If you actually used 20 grams of ordinary table salt (not Kosher salt), that amount would be around 3 1/2 level teaspoons. If you in fact used 2 rounded teaspoons, the percent relative to the flour should have been less than what I quoted when I converted your dough recipe to baker's percents.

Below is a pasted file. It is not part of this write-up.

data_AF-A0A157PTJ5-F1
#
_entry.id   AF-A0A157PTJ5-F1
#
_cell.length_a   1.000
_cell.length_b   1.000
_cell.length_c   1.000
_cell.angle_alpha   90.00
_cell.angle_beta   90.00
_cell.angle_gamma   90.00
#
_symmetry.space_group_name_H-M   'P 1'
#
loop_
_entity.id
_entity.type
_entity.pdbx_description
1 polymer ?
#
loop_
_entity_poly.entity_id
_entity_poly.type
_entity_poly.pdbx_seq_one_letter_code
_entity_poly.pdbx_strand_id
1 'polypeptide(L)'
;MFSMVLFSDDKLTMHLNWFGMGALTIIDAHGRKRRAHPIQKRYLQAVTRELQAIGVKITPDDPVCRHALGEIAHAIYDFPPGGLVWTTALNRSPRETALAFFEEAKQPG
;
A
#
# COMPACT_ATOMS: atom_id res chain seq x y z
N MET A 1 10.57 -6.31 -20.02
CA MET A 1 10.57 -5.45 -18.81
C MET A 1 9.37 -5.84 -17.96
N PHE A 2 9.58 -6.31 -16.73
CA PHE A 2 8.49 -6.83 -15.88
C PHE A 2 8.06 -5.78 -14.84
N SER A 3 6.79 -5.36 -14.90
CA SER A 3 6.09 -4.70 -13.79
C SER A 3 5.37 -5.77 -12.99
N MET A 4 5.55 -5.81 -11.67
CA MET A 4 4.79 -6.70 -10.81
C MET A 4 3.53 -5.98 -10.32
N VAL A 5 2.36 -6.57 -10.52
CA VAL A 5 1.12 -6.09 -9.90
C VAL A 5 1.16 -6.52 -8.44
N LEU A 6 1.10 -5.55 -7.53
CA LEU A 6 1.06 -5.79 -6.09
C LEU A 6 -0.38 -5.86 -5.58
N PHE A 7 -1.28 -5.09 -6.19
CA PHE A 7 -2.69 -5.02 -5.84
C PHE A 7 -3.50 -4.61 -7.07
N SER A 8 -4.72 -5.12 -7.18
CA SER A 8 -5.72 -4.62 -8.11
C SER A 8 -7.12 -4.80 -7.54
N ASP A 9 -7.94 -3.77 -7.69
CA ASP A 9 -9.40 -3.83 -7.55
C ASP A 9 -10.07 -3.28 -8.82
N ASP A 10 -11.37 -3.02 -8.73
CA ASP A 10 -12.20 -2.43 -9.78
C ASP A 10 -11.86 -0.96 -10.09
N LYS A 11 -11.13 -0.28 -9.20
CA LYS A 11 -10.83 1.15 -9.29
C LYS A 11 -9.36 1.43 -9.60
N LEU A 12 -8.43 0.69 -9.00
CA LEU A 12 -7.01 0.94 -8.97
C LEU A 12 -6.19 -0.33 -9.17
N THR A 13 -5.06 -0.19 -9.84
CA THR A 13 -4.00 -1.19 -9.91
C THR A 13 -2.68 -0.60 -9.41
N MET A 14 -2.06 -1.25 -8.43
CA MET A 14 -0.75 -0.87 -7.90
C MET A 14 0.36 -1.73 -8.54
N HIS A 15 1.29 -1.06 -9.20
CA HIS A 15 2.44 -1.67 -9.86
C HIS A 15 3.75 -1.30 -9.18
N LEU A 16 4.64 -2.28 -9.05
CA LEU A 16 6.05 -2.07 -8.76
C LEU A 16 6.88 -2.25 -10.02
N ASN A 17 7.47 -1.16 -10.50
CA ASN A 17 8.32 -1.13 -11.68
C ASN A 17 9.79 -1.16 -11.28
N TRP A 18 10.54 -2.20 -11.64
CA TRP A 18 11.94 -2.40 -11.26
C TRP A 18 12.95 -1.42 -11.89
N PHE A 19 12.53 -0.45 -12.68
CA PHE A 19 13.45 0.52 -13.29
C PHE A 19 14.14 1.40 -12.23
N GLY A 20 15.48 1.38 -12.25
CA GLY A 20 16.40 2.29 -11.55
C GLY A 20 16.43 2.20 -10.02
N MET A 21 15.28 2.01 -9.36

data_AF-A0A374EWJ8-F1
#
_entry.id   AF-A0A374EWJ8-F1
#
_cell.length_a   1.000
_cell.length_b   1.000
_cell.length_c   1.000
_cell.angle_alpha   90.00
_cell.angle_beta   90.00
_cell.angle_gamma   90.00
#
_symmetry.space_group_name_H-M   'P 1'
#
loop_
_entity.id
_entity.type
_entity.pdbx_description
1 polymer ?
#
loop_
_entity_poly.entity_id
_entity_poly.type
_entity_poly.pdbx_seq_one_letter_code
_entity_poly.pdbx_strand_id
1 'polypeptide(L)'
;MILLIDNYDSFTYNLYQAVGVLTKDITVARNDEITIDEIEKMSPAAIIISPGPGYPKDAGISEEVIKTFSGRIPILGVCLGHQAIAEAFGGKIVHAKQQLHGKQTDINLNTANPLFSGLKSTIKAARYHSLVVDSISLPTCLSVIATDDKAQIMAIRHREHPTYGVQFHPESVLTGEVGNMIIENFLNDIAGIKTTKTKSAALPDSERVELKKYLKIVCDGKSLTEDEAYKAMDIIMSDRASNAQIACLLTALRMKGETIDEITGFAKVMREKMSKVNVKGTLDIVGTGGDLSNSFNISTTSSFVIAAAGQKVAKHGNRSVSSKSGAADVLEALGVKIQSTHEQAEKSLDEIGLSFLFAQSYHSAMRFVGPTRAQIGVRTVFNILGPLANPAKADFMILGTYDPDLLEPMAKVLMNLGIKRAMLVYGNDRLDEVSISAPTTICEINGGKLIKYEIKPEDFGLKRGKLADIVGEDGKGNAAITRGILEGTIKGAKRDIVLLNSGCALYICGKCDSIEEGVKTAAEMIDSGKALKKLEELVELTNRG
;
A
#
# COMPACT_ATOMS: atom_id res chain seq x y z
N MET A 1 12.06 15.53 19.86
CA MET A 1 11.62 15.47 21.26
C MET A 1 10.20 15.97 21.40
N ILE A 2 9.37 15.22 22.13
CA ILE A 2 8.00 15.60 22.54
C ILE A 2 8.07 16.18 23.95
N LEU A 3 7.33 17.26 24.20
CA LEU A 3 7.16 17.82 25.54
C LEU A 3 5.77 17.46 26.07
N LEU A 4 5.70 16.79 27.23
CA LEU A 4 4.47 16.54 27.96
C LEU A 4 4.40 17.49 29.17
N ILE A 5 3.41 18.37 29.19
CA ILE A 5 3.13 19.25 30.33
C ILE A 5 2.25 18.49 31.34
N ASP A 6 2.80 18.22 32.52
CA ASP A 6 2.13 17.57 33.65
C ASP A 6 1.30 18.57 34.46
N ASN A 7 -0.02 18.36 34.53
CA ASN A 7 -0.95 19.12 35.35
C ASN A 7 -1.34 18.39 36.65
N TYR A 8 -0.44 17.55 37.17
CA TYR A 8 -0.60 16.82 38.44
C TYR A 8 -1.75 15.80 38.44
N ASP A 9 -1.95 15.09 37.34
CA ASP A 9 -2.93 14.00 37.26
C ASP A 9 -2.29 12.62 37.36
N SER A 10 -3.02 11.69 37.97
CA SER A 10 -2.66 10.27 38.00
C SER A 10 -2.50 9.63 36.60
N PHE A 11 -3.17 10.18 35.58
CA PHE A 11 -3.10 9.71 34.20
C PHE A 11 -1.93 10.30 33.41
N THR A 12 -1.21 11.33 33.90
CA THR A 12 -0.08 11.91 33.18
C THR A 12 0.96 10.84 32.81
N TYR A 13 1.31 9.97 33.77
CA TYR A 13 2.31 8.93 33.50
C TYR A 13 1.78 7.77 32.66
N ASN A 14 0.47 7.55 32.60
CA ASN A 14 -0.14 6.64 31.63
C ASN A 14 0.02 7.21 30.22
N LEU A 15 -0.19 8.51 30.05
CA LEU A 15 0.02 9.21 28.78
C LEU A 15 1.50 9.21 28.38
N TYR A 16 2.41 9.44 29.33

I have a special scale that I sometimes use to weigh out small quantities of ingredients, especially lightweight ingredients for which either no conversion data is available or it is suspect. I use that scale (a MyWeigh 300-Z) mainly for converting teaspoons of ingredients to weights, as I did on several occasions recently to get conversion data to use in the various dough calculating tools Boy Hits Car and I have been working on. When making pizza dough for myself, I usually don't use that scale. I use the conversion data for the small quantities of ingredients, like yeast and salt, and for the flour and water I use my normal digital scale. I have found that the conversion data is quite close to what I would weight out on my MyWeigh 300-Z, so there isn't much to be gained from using the small scale. Accuracy also gets lost when using normal measuring spoons. I use level teaspoons but most people are likely to err on the high side by using rounded teaspoons. Or, if they are salt conscious, they might use scant teaspoons. Since we are eyeballing things, a lot of the accuracy gets lost. And not all measuring spoons are the same. Their designs can vary all over the place, so there is no guarantee of accuracy. Usually, the loss of accuracy and precision is not enough to materially throw off a recipe. If MWTC is able to tell us how much salt he used, and how he arrived at the amount, we might get clarity on the matter.